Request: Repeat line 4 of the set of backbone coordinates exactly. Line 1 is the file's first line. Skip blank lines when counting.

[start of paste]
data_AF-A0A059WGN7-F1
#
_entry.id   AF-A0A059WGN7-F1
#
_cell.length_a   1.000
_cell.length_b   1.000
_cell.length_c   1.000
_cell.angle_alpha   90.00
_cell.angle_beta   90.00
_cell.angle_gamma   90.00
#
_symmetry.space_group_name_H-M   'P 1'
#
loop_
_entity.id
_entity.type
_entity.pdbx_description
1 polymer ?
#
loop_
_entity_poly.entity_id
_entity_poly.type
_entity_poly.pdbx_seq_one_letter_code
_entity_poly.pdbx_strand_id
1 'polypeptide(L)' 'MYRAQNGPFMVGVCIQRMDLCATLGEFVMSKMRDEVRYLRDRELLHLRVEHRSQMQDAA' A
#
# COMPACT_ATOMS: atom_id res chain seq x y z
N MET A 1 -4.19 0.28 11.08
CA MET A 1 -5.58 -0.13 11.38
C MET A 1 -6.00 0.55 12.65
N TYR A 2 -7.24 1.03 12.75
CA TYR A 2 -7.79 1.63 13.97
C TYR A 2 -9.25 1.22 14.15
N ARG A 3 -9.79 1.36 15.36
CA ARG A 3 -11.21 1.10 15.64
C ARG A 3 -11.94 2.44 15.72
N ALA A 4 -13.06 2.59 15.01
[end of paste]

#